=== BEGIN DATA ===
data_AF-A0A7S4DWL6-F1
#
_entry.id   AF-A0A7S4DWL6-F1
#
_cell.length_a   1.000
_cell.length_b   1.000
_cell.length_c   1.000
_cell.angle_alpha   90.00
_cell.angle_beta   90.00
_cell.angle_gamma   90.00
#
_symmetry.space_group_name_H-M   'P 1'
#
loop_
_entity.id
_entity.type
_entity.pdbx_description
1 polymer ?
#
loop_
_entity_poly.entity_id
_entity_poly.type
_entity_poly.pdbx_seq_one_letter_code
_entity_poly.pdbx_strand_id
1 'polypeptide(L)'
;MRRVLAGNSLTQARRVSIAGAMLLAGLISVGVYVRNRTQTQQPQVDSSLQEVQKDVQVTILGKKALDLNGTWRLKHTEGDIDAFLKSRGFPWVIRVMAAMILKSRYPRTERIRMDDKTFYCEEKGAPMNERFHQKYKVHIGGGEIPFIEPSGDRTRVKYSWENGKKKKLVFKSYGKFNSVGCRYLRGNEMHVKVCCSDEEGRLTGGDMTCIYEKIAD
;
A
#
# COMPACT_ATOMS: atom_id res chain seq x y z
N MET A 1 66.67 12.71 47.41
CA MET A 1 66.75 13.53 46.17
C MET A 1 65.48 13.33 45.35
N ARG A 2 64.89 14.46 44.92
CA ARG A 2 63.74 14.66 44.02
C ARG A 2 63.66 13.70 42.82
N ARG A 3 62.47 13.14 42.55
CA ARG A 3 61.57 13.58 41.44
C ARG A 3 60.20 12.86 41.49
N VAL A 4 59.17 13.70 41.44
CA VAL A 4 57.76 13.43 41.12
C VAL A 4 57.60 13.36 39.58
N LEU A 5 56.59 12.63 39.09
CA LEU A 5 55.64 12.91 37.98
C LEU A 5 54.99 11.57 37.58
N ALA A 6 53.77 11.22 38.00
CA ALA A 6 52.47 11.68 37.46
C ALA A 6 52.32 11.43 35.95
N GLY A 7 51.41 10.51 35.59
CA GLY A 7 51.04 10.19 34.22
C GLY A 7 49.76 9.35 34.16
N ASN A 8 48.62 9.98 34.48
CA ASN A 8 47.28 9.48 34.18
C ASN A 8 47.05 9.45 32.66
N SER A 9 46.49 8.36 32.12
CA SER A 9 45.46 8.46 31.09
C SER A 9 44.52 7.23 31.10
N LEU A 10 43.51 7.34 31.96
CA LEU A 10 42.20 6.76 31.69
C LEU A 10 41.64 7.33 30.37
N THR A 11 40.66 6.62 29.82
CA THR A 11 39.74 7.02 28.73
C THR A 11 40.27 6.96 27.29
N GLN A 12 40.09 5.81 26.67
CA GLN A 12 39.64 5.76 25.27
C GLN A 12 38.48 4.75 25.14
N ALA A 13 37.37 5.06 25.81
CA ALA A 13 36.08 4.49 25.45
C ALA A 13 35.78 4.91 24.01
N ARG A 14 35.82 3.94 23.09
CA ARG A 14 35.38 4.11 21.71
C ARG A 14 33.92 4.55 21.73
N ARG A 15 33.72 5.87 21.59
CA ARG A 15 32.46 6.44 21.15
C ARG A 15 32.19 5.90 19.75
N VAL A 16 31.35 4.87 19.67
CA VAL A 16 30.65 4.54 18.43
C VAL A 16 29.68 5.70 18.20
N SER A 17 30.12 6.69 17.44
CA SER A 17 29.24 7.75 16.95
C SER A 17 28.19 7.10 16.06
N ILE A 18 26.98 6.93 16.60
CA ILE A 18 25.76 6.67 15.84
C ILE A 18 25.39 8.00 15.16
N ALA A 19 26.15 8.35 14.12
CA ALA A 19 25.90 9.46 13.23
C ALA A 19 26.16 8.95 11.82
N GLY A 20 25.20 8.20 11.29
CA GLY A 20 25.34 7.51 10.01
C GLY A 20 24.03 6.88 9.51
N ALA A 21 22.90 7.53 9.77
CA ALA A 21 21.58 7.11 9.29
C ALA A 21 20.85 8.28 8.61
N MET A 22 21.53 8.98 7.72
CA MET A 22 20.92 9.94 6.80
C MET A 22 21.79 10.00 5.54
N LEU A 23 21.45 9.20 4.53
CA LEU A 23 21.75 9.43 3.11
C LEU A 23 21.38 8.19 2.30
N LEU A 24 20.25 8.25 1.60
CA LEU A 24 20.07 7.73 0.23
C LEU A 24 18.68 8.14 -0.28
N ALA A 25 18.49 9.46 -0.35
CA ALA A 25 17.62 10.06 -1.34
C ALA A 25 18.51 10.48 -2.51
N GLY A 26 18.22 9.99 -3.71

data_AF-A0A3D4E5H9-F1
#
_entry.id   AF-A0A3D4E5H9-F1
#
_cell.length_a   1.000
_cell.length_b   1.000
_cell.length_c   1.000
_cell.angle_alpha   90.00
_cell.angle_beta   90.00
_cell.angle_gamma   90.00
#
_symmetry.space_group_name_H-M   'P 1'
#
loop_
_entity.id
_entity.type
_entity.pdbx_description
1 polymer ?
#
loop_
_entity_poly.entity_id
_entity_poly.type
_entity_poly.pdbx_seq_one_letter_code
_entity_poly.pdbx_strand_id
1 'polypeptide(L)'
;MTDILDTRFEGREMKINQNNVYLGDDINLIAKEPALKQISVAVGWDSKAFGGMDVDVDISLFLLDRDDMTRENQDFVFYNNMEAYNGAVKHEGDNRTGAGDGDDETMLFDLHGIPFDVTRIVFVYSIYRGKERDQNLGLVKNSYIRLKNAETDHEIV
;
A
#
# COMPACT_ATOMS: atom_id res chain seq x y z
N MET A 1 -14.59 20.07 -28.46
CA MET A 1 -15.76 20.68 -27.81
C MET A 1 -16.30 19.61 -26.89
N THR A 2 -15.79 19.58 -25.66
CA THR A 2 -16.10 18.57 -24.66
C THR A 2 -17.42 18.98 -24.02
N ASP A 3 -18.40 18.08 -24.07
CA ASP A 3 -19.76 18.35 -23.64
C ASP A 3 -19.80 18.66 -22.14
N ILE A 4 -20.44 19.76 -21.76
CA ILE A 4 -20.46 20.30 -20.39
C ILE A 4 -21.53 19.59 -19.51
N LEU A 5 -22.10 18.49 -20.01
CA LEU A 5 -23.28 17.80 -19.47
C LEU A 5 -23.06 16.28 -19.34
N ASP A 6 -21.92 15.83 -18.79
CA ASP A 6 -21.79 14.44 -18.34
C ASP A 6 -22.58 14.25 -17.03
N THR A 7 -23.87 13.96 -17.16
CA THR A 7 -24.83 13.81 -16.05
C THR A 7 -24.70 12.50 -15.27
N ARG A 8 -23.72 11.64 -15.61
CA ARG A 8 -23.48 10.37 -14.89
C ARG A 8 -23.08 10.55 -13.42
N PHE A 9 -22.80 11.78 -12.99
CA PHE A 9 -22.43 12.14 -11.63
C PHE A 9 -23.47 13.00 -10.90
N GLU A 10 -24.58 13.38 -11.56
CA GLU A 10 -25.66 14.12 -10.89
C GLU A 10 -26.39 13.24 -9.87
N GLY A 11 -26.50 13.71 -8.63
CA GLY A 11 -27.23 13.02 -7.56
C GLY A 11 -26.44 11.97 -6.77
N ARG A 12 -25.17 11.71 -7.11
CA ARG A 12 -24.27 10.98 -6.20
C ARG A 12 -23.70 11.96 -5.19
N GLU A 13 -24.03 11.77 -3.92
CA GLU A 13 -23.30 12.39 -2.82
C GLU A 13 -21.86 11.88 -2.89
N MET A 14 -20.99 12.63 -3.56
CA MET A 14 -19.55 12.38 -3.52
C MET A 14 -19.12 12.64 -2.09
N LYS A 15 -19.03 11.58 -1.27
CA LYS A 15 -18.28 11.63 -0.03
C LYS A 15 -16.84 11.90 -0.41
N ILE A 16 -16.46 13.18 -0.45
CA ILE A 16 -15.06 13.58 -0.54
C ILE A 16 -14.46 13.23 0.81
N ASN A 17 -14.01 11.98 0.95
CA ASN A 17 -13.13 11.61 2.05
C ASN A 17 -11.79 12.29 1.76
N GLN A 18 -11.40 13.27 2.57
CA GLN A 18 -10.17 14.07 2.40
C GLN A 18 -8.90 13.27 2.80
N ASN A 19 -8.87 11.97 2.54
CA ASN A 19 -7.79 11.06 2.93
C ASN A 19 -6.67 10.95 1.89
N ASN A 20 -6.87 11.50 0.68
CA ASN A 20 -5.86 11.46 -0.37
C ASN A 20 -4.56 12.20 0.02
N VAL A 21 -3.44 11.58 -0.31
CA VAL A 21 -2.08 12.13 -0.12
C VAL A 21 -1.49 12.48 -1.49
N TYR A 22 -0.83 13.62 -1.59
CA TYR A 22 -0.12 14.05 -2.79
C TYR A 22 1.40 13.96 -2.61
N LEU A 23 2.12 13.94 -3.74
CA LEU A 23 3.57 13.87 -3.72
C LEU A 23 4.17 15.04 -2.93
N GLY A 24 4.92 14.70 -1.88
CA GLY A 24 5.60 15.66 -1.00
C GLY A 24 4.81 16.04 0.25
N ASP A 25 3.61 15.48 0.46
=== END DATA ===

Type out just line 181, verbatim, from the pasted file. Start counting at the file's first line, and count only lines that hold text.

C LYS A 15 -16.84 11.90 -0.41